We’ve been sold the idea that if we subsidize “renewable” energy (which produces less CO2) we’d get a world with lower CO2 emissions. But it ain’t so. The fake “free” market in renewables does not remotely achieve what it was advertised to do — the perverse incentives make the RET good for increasing “renewables” but bad for reducing CO2, and, worse, the more wind power you have, the less CO2 you save. Coal fired electricity is so cheap that doing anything other than making it more efficient is a wildly expensive and inefficient way to reduce CO2. But the Greens hate [...]

ABC bias against coal hurts the poor and the workers: Sell the ABC

A new report shows ABC journalists are fond of renewables and overlook their dismal economic value, while putting out bad news on coal, and ignoring the benefits of vast cheap profitable energy. Who could have seen that coming: a large public funded institution attracts employees who like large public funding?

The IPA arranged for a media analysis firm to compare the ABC reporting on coal and renewables.

ABC gives the green light to renewables, and the red light to Australia’s largest export industry and provider of 75% of our electricity.

ABC accused of bias against coalmining

Andrew Fraser, The Australian

The analysis of 2359 reports broadcast on the ABC over six months before March 15 this year found 15.9 per cent of stories on coalmining and 12.1 per cent of those about coal-seam gas mining were favourable, while 53 per cent of those on renewable energy were favourable.

It also found 31.6 per cent of stories on coal mining and 43.6 per cent of stories on coal-seam gas were unfavourable, while only 10.8 per cent of stories on renewable energy were ­unfavourable.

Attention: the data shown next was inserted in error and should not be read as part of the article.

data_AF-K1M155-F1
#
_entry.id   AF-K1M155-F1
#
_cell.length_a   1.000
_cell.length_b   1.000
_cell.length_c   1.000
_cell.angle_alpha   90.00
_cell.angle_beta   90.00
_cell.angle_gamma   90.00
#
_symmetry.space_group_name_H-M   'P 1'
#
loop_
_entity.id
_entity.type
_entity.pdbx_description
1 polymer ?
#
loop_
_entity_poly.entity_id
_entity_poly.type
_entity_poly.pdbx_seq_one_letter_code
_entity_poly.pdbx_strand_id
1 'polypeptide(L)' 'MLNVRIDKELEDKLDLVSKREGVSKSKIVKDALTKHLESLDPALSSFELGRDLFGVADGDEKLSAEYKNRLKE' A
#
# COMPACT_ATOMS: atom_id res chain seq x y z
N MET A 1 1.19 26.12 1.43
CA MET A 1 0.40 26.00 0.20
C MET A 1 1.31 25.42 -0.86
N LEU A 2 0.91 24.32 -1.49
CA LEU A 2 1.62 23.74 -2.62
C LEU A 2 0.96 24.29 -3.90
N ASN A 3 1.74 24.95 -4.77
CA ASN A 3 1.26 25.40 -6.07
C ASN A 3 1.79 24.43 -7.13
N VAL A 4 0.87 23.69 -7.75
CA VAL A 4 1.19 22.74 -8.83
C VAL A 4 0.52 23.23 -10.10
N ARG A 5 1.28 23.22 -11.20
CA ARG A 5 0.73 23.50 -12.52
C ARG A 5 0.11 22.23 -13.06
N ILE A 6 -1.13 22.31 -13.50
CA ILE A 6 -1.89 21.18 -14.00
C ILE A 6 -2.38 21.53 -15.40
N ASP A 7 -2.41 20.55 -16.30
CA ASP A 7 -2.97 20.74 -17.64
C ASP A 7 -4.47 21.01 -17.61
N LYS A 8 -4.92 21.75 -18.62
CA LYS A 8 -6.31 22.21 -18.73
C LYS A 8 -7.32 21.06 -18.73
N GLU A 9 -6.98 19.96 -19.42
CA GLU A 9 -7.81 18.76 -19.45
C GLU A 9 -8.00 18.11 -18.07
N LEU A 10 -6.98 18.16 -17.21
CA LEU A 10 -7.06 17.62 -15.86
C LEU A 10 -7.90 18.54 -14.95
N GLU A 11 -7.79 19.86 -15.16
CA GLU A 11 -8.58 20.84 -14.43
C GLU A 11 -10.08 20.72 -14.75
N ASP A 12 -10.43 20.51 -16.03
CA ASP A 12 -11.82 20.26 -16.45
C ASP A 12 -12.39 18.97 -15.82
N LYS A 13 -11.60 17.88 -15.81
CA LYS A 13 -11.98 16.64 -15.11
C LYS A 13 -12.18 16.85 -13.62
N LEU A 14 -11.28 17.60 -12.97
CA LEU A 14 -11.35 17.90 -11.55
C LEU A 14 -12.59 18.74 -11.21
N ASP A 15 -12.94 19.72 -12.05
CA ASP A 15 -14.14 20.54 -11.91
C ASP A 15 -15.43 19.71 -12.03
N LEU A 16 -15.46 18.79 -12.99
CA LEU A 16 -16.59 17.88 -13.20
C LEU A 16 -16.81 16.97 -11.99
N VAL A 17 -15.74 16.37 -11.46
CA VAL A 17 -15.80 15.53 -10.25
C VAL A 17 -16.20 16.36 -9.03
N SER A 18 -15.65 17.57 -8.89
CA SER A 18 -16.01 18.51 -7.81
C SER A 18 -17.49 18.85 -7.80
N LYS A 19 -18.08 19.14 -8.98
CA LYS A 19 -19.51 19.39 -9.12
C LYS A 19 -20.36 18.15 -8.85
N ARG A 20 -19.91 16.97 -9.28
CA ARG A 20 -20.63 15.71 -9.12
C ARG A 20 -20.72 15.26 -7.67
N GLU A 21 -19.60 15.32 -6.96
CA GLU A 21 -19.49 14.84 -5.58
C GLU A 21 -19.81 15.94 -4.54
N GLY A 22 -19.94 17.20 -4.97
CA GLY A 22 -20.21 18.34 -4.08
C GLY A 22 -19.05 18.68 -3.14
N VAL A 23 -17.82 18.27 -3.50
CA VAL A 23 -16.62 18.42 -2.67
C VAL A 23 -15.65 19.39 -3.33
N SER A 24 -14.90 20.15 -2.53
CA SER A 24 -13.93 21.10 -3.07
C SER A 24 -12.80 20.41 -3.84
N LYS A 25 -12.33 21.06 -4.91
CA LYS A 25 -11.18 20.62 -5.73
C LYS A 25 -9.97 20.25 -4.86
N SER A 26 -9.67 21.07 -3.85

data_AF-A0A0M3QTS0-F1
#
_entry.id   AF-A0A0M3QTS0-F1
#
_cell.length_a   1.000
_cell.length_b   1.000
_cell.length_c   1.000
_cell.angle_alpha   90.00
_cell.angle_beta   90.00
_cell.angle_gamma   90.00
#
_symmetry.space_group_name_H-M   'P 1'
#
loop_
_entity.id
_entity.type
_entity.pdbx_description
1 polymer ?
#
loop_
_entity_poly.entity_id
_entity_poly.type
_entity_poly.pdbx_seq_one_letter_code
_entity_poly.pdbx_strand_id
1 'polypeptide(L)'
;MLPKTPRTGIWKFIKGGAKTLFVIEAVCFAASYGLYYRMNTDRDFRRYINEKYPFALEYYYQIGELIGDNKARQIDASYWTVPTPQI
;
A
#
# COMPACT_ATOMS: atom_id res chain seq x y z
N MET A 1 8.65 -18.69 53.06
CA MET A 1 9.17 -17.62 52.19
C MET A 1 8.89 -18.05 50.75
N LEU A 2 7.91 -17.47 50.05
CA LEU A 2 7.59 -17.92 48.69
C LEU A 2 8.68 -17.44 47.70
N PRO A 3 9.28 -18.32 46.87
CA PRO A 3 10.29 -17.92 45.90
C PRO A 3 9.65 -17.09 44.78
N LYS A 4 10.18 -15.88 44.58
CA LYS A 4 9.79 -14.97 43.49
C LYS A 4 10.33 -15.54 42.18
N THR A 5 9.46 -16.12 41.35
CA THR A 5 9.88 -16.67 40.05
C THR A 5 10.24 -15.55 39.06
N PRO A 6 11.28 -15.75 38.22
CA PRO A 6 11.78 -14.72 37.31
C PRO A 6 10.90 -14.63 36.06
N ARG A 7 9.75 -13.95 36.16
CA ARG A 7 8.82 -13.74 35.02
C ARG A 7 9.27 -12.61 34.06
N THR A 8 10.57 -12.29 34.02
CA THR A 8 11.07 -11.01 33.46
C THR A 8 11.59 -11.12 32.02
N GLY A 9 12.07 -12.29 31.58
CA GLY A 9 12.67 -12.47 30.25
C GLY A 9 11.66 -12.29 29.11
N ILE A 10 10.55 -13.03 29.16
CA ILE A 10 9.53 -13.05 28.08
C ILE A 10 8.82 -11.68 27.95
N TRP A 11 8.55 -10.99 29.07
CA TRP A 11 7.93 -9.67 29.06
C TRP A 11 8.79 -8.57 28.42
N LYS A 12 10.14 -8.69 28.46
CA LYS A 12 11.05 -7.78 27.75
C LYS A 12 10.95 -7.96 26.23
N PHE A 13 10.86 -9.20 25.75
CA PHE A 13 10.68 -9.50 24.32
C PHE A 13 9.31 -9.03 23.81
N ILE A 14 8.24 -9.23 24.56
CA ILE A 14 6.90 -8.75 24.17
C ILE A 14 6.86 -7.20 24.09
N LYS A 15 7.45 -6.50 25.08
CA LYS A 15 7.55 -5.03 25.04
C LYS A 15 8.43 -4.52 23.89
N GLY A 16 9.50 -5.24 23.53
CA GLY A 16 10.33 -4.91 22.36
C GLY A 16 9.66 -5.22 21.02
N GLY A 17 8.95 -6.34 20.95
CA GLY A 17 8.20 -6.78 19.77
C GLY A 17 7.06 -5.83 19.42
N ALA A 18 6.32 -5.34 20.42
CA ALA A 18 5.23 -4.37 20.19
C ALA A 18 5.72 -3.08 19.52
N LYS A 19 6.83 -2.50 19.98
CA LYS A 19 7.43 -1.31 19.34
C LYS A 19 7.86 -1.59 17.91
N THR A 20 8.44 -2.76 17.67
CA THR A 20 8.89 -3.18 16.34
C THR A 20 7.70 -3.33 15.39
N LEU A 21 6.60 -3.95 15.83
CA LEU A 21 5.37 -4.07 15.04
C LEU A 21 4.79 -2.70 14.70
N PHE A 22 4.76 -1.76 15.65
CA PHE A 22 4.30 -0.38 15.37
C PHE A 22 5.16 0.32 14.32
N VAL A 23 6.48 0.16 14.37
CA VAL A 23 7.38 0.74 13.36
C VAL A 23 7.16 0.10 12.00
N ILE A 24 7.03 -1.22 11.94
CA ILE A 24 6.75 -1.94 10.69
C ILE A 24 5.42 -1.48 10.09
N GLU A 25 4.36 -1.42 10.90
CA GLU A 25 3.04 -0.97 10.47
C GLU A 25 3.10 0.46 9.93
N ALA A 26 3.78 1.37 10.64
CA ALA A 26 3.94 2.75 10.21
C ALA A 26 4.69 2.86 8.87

The ABC has become its own best case for privatizing the ABC. How much could we get? The [...]

OK to kill endangered birds? Yes if you are a windfarm. Greens seem to be fine with that.

It’s one rule for you, and another for their friends. If a coal plant was wiping out thousands of birds and bats you can be sure Greenpeace would be launching a campaign. But when an industrial turbine with blade-tips travelling at 180mph does the killing, who cares?

The law for normals makes it expensive to kill birds and bats:

“Following the Deepwater Horizon oil spill in 2010, BP was fined $100 million for the damage it caused to bird populations in the area, both migratory and resident.  — AlaskaDispatch

“Exxon Mobil has agreed to pay $600,000 in penalties after approximately 85 migratory birds died of exposure to hydrocarbons at some of its natural gas facilities across the Midwest.  — NY Times

And it was going to get expensive for windfarms:

“Nov 22 2013 Duke Energy has agreed to pay a $1 million fine for killing 14 eagles and 149 other birds at two Wyoming wind farms. – audublog

That was the first time a windfarm got pinged. And it works out to be about $6000 a bird. Could get expensive, eh?

“The Fish and Wildlife Service estimated that 440,000 birds are killed [...]

Big Oil, Big-Gas lobby against coal. Shell leans on World Bank to nobble the competition

Well, well, well. When Big-Oil fund skeptics, they’re evil polluters. When Big-Oil pay green lobbyists, they’re just being good citizens (see the ads, right?). Naturally Royal Dutch Shell are concerned about the environment, families, rare marsupials and what not. They wouldn’t just be green for the profit would they… oh, wait. Shell is one of the six gas “super majors” and all gas providers profit when coal is unfashionable. In terms of resources, Shell is now more of a gas company than an oil company.

Big-Gas loves wind turbines. Wind farms are fickle and coal power can’t ramp up and down quickly to fill in the gaps, but the more expensive gas can. No wonder Shell are lobbying actively against coal, and for wind.

Thanks in part to Shell’s campaign, the poor family in the Shell Ad are going to have to pay more to stay warm this winter. Meanwhile the marsupials will manage without Shell lobbyists like they have for the last 100 million years, and the environment won’t notice any effect from a carbon tax.

As with all cut-throat business deals, Shell (and others) are doing what they are supposed to do: make money. There is nothing [...]

There goes a massive windfarm – £4bn UK project kaput before it began

More money leaves the room. Last week David Cameron said the UK needed to get rid of all that green crap (or double-speak words to that effect). The message, confounded as it is, may be getting through.